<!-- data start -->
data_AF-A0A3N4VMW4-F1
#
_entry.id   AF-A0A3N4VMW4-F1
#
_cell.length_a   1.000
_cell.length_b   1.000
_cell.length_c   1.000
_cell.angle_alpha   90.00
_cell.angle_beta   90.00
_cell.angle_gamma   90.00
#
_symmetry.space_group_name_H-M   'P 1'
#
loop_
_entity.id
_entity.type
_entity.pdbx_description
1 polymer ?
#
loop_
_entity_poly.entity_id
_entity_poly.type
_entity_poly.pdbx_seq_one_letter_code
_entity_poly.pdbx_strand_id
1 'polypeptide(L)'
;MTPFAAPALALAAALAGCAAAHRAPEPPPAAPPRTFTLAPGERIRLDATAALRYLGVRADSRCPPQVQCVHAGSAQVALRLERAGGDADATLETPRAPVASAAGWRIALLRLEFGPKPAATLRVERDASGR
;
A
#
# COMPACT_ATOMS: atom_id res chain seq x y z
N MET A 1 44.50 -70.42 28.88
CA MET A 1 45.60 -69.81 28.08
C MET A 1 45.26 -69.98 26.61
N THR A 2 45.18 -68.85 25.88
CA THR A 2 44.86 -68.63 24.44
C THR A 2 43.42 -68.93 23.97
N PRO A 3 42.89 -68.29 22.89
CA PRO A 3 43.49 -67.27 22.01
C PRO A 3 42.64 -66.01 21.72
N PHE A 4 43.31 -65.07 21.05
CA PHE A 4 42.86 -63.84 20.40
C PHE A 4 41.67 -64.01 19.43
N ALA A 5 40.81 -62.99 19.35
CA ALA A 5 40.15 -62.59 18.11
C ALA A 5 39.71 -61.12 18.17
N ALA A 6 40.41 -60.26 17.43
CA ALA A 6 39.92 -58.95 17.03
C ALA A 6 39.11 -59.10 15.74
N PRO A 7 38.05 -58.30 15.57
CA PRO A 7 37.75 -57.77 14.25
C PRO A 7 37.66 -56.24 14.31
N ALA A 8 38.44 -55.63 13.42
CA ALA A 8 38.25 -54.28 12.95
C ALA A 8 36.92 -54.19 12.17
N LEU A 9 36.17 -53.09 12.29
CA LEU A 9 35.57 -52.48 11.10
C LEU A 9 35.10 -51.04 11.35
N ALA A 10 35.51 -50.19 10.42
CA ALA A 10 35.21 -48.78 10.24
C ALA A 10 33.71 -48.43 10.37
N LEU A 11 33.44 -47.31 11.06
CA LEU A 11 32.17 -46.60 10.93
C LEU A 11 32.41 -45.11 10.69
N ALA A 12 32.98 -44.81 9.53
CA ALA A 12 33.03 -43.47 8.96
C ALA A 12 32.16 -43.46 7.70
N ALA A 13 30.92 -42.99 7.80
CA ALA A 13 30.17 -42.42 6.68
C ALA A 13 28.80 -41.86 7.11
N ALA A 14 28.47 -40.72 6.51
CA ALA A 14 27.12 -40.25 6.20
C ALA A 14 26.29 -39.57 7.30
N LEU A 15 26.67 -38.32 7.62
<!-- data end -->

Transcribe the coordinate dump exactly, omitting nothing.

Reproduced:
data_AF-A0A3N4VMW4-F1
#
_entry.id   AF-A0A3N4VMW4-F1
#
_cell.length_a   1.000
_cell.length_b   1.000
_cell.length_c   1.000
_cell.angle_alpha   90.00
_cell.angle_beta   90.00
_cell.angle_gamma   90.00
#
_symmetry.space_group_name_H-M   'P 1'
#
loop_
_entity.id
_entity.type
_entity.pdbx_description
1 polymer ?
#
loop_
_entity_poly.entity_id
_entity_poly.type
_entity_poly.pdbx_seq_one_letter_code
_entity_poly.pdbx_strand_id
1 'polypeptide(L)'
;MTPFAAPALALAAALAGCAAAHRAPEPPPAAPPRTFTLAPGERIRLDATAALRYLGVRADSRCPPQVQCVHAGSAQVALRLERAGGDADATLETPRAPVASAAGWRIALLRLEFGPKPAATLRVERDASGR
;
A
#
# COMPACT_ATOMS: atom_id res chain seq x y z
N MET A 1 44.50 -70.42 28.88
CA MET A 1 45.60 -69.81 28.08
C MET A 1 45.26 -69.98 26.61
N THR A 2 45.18 -68.85 25.88
CA THR A 2 44.86 -68.63 24.44
C THR A 2 43.42 -68.93 23.97
N PRO A 3 42.89 -68.29 22.89
CA PRO A 3 43.49 -67.27 22.01
C PRO A 3 42.64 -66.01 21.72
N PHE A 4 43.31 -65.07 21.05
CA PHE A 4 42.86 -63.84 20.40
C PHE A 4 41.67 -64.01 19.43
N ALA A 5 40.81 -62.99 19.35
CA ALA A 5 40.15 -62.59 18.11
C ALA A 5 39.71 -61.12 18.17
N ALA A 6 40.41 -60.26 17.43
CA ALA A 6 39.92 -58.95 17.03
C ALA A 6 39.11 -59.10 15.74
N PRO A 7 38.05 -58.30 15.57
CA PRO A 7 37.75 -57.77 14.25
C PRO A 7 37.66 -56.24 14.31
N ALA A 8 38.44 -55.63 13.42
CA ALA A 8 38.25 -54.28 12.95
C ALA A 8 36.92 -54.19 12.17
N LEU A 9 36.17 -53.09 12.29
CA LEU A 9 35.57 -52.48 11.10
C LEU A 9 35.10 -51.04 11.35
N ALA A 10 35.51 -50.19 10.42
CA ALA A 10 35.21 -48.78 10.24
C ALA A 10 33.71 -48.43 10.37
N LEU A 11 33.44 -47.31 11.06
CA LEU A 11 32.17 -46.60 10.93
C LEU A 11 32.41 -45.11 10.69
N ALA A 12 32.98 -44.81 9.53
CA ALA A 12 33.03 -43.47 8.96
C ALA A 12 32.16 -43.46 7.70
N ALA A 13 30.92 -42.99 7.80
CA ALA A 13 30.17 -42.42 6.68
C ALA A 13 28.80 -41.86 7.11
N ALA A 14 28.47 -40.72 6.51
CA ALA A 14 27.12 -40.25 6.20
C ALA A 14 26.29 -39.57 7.30
N LEU A 15 26.67 -38.32 7.62